For Sarah Halifax
Who Figured It Out
1 March 2010

He nodded, remembering how proud he'd been that day, even if her fame had briefly turned their lives upside down.

A magphotic flatscreen was mounted above the mantel, and when they weren't watching anything it displayed the time in boxy red numerals a foot high, big enough that Sarah could see them from across the room; as she'd often quipped, it was a good thing that she hadn't been an optical astronomer. It was now 3:17 in the afternoon. As Don watched, the remaining segments in the rightmost digit lit up; 3:18. The party was supposed to have begun at 3:00, but no one was here yet, and Sarah was still upstairs getting ready.

Don made a mental vow to try to not be short with the grandchildren. He never meant to snap at them, but somehow, he always did; there was a constant background level of pain at his age, and it frayed his temper.

He heard the front door opening. The house knew the kids' biometrics, and they always let themselves in without ringing the bell. The living room had a short staircase at one end that led down to the entryway and a taller one at the other going up to the bedrooms. Don walked over to the base of the one going up. "Sarah!" he called. "They're here!"

He then made his way to the other end of the room, each footfall punctuated by a tiny jab of pain. No one had come up yet — this was Toronto in February, and, global warming be damned, there were still boots and jackets to be removed. Before he reached the top of the stairs, he'd sorted out the mêlée of voices; it was Carl's crew.

He looked at them from his elevated vantage point and felt himself smiling. His son, his daughter-in-law, his grandson, and his granddaughter — part of his immortality. Carl was bent over in a way Don would have found excruciating, pulling off one of his boots. From this angle, Don could clearly see his son's considerable bald spot — trivial to correct, had Carl been vain, but neither Don nor his son, who was now fifty-four, could ever be accused of that.

Angela, Carl's blond wife, was ten years younger than her husband. She was working to get the boots off little Cassie, who was seated on the one chair in the entryway. Cassie, who took no active role in this, looked up and saw Don, and a huge grin spread across her little round face. "Grampa!"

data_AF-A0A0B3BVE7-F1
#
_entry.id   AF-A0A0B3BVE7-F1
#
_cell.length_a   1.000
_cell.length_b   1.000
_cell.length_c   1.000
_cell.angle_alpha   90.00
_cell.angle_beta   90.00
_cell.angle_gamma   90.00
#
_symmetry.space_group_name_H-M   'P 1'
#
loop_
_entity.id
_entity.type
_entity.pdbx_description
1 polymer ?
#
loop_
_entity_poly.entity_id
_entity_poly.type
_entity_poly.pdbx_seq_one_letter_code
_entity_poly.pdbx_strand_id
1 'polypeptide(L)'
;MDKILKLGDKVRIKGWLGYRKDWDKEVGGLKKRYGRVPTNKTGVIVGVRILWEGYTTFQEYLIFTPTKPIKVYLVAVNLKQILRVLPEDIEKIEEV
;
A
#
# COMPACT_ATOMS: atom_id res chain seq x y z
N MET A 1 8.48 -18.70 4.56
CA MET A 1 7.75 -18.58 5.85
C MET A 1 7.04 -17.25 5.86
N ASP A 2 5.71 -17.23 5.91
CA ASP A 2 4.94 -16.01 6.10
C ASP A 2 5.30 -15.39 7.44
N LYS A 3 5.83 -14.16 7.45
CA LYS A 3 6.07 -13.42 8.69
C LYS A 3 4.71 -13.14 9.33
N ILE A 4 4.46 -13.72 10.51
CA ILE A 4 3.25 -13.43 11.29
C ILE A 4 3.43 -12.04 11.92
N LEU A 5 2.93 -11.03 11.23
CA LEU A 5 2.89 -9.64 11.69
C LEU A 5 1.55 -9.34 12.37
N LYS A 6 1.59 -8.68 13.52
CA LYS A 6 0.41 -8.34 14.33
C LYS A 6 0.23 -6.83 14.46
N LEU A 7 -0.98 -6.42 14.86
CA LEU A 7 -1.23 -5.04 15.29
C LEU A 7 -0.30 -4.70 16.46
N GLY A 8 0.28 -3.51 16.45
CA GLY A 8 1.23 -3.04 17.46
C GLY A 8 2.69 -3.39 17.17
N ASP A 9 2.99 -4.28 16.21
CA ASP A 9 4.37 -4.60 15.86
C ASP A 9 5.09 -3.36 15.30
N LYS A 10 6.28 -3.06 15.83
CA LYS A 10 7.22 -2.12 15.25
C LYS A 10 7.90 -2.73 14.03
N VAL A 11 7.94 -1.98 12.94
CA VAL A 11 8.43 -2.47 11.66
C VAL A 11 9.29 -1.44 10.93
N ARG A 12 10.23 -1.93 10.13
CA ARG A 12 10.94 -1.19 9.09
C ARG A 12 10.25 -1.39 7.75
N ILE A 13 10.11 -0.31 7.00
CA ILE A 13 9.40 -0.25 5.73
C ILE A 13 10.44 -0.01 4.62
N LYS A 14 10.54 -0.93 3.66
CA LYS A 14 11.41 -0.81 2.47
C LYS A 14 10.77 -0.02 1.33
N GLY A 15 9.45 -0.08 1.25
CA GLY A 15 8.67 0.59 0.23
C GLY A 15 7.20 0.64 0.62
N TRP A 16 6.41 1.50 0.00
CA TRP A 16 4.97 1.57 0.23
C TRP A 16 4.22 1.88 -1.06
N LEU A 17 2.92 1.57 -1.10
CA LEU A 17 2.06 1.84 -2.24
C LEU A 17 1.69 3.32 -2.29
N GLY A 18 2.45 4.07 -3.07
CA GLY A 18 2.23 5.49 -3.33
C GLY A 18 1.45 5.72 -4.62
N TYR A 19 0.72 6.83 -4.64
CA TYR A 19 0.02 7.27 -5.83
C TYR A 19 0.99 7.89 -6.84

He waved at her. Once all the outerwear was removed, everyone came upstairs. Angela kissed him on the cheek as she passed, carrying a rectangular cake box. She went into the kitchen. Twelve-year-old Percy was up next, then came Cassie, pulling on the banister, which she could barely reach, to help her get up the six steps.

Don bent low, feeling twinges in his back as he did so. He wanted to lift Cassie up, but that was impossible. He settled for letting her get her little arms around his neck and giving him a squeeze. Cassie was oblivious to the fact that she was hurting him, and he endured it until she let go. She then scampered through the living room and followed her mother to the kitchen. He turned to watch her and saw Sarah coming down from upstairs, one painful step at a time, gripping the banister with both hands as she did so.

By the time she reached the bottom step, Don heard the front door opening again, and his daughter Emily — divorced, no kids — coming in. Soon enough, everyone was crowded into the living room. With his cochlear implants, Don's hearing wasn't bad under normal circumstances, but he couldn't really pick out any one thread of conversation from the hubbub that now filled the air. Still, it was his family, all together. He was happy about that, but —

But it might be the last time. They'd gathered just six weeks ago for Christmas at Carl's place, in Ajax. His children and grandchildren wouldn't normally all get together again until next Christmas, but —